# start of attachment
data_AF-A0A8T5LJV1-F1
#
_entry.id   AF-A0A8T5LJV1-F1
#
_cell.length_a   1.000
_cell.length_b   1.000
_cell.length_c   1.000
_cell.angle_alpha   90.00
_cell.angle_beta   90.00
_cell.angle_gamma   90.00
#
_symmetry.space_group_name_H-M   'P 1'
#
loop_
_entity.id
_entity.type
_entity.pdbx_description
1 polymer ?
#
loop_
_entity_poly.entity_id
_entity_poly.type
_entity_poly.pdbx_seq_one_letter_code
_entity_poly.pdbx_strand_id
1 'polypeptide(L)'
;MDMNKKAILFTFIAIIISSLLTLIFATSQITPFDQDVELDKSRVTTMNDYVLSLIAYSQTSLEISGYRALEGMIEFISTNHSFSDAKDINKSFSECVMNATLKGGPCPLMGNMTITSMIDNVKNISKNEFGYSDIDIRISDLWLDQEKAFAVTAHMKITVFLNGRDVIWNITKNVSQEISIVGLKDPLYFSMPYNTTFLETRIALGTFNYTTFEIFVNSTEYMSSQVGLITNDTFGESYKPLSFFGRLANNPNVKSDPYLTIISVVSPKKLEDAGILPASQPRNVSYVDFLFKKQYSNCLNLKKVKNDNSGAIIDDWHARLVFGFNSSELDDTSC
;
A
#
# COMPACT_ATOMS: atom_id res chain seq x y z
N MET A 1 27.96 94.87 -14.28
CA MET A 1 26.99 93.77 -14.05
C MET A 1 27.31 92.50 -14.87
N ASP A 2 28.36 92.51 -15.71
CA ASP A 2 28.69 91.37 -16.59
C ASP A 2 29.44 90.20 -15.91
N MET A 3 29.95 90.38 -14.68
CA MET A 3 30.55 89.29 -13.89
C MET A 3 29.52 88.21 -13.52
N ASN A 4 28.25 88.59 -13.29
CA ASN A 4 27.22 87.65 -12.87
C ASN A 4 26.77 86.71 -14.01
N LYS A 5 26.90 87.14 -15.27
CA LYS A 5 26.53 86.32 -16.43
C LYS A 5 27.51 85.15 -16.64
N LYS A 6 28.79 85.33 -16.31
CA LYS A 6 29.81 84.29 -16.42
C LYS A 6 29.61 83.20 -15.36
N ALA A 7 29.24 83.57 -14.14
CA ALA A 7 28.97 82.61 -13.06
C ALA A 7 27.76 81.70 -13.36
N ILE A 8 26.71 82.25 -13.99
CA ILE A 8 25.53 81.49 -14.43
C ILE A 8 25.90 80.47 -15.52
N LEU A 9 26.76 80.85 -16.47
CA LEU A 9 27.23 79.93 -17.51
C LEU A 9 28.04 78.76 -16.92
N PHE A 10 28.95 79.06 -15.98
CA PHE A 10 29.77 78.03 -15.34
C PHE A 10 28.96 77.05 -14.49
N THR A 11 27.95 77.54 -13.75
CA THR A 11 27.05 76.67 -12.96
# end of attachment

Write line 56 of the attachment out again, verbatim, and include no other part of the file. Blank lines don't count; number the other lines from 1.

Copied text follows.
CA LEU A 9 27.23 79.93 -17.51